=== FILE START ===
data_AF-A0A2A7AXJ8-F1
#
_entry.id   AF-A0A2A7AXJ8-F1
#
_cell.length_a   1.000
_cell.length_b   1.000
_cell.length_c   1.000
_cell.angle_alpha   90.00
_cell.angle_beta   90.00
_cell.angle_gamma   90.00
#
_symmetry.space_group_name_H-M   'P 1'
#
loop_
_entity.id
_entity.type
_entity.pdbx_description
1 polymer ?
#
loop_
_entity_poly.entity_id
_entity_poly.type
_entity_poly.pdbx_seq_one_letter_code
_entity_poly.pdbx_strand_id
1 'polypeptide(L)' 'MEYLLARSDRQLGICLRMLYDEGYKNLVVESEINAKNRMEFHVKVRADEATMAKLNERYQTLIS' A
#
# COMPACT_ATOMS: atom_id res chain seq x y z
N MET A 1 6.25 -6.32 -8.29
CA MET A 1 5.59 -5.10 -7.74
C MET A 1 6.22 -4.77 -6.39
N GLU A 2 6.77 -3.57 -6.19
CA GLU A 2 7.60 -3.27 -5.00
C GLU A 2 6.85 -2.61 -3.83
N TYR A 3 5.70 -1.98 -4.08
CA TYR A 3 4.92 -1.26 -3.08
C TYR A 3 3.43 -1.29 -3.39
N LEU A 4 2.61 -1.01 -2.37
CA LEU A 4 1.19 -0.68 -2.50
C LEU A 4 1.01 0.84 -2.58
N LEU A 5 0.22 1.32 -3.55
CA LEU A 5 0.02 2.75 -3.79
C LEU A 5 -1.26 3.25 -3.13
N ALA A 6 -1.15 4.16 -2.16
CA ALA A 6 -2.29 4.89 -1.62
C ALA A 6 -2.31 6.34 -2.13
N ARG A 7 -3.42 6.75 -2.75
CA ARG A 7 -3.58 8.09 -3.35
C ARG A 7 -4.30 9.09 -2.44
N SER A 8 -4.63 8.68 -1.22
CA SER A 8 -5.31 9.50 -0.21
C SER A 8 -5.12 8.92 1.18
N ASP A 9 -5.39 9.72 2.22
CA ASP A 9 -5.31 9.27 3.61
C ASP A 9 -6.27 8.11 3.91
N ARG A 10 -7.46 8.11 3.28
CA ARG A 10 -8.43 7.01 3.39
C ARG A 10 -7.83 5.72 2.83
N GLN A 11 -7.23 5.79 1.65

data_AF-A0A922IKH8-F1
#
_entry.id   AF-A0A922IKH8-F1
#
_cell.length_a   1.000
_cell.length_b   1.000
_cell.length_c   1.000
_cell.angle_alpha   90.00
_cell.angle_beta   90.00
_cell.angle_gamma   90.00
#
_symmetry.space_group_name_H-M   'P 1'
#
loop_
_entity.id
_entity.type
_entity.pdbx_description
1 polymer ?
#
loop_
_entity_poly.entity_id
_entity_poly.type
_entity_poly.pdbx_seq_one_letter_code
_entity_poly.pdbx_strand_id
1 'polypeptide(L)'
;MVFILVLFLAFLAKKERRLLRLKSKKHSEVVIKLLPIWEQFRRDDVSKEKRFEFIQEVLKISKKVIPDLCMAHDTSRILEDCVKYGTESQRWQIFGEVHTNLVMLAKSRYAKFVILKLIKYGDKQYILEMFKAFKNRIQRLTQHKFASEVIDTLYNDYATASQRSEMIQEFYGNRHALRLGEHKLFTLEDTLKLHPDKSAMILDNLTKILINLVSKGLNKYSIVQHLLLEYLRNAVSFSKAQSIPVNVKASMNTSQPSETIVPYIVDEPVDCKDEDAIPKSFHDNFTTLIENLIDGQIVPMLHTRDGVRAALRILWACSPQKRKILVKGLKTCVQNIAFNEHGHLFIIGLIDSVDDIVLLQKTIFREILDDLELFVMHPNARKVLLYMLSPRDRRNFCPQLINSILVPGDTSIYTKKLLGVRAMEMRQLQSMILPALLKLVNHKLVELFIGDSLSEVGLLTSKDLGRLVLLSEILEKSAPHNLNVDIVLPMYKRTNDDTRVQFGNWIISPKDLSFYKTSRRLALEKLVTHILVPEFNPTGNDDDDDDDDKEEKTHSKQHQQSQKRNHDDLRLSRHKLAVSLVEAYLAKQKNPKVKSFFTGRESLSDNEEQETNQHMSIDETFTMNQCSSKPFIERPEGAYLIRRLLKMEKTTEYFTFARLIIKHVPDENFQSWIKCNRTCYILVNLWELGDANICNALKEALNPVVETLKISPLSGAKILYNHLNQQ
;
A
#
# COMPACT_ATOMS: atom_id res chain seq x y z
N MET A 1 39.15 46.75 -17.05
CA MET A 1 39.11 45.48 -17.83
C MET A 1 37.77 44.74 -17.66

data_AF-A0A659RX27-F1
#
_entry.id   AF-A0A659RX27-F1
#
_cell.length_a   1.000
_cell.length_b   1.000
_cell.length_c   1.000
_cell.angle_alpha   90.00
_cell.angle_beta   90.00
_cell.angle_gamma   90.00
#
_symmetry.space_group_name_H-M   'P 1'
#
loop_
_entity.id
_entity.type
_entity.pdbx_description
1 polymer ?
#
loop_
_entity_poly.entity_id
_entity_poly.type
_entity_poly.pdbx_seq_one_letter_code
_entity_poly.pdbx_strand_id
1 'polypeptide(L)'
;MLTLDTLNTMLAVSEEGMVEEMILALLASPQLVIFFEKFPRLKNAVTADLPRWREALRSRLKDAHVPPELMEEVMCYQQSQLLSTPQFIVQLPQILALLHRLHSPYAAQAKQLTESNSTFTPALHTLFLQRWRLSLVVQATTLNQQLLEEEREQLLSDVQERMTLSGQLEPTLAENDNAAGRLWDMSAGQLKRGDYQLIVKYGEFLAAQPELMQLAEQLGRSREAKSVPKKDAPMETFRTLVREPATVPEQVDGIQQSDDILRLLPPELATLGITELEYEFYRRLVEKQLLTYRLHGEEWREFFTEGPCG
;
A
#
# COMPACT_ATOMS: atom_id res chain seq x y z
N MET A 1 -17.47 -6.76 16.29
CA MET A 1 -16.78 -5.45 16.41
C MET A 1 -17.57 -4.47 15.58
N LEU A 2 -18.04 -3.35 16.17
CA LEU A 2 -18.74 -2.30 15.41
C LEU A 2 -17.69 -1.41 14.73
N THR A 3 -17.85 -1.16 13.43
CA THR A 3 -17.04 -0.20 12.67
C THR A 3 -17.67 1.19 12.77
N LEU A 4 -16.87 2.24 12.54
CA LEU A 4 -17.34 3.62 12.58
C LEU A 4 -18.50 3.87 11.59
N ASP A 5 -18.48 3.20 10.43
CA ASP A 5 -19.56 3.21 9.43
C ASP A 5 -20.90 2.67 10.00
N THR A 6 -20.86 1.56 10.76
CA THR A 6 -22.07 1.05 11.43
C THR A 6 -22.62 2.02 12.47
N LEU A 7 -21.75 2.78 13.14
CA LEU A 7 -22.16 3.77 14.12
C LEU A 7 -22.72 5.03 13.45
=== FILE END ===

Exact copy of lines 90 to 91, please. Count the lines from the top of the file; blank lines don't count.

CA MET A 1 39.11 45.48 -17.83
C MET A 1 37.77 44.74 -17.66